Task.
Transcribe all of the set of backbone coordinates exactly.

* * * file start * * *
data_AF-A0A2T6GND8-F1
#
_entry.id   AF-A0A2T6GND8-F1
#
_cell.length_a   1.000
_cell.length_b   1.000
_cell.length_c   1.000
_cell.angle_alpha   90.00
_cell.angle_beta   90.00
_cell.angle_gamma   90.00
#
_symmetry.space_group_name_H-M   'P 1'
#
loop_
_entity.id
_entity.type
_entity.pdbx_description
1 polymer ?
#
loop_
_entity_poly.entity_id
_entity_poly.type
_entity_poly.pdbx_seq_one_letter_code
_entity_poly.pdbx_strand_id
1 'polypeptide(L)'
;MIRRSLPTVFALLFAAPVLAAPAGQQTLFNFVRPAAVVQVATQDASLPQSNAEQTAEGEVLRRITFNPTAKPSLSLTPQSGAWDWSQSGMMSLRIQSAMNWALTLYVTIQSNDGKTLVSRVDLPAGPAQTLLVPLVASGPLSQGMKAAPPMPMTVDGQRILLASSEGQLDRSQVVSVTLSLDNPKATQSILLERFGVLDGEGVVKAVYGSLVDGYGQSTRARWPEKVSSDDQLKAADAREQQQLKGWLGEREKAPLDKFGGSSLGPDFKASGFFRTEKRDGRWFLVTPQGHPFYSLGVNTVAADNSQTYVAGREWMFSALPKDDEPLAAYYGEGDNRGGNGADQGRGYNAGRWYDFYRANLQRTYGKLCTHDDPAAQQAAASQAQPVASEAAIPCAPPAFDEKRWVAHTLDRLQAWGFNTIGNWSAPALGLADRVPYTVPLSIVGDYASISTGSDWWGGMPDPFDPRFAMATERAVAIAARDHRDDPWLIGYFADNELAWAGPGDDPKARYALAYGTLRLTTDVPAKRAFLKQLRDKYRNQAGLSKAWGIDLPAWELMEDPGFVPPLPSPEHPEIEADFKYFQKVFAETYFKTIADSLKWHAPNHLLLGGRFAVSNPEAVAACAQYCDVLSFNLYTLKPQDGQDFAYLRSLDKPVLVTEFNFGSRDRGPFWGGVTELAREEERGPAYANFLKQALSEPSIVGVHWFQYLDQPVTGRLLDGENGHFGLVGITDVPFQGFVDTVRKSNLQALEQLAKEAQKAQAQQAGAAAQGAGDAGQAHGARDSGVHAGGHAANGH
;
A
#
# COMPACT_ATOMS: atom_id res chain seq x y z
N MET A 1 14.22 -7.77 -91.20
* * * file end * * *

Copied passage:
data_AF-A0A2T6GND8-F1
#
_entry.id   AF-A0A2T6GND8-F1
#
_cell.length_a   1.000
_cell.length_b   1.000
_cell.length_c   1.000
_cell.angle_alpha   90.00
_cell.angle_beta   90.00
_cell.angle_gamma   90.00
#
_symmetry.space_group_name_H-M   'P 1'
#
loop_
_entity.id
_entity.type
_entity.pdbx_description
1 polymer ?
#
loop_
_entity_poly.entity_id
_entity_poly.type
_entity_poly.pdbx_seq_one_letter_code
_entity_poly.pdbx_strand_id
1 'polypeptide(L)'
;MIRRSLPTVFALLFAAPVLAAPAGQQTLFNFVRPAAVVQVATQDASLPQSNAEQTAEGEVLRRITFNPTAKPSLSLTPQSGAWDWSQSGMMSLRIQSAMNWALTLYVTIQSNDGKTLVSRVDLPAGPAQTLLVPLVASGPLSQGMKAAPPMPMTVDGQRILLASSEGQLDRSQVVSVTLSLDNPKATQSILLERFGVLDGEGVVKAVYGSLVDGYGQSTRARWPEKVSSDDQLKAADAREQQQLKGWLGEREKAPLDKFGGSSLGPDFKASGFFRTEKRDGRWFLVTPQGHPFYSLGVNTVAADNSQTYVAGREWMFSALPKDDEPLAAYYGEGDNRGGNGADQGRGYNAGRWYDFYRANLQRTYGKLCTHDDPAAQQAAASQAQPVASEAAIPCAPPAFDEKRWVAHTLDRLQAWGFNTIGNWSAPALGLADRVPYTVPLSIVGDYASISTGSDWWGGMPDPFDPRFAMATERAVAIAARDHRDDPWLIGYFADNELAWAGPGDDPKARYALAYGTLRLTTDVPAKRAFLKQLRDKYRNQAGLSKAWGIDLPAWELMEDPGFVPPLPSPEHPEIEADFKYFQKVFAETYFKTIADSLKWHAPNHLLLGGRFAVSNPEAVAACAQYCDVLSFNLYTLKPQDGQDFAYLRSLDKPVLVTEFNFGSRDRGPFWGGVTELAREEERGPAYANFLKQALSEPSIVGVHWFQYLDQPVTGRLLDGENGHFGLVGITDVPFQGFVDTVRKSNLQALEQLAKEAQKAQAQQAGAAAQGAGDAGQAHGARDSGVHAGGHAANGH
;
A
#
# COMPACT_ATOMS: atom_id res chain seq x y z
N MET A 1 14.22 -7.77 -91.20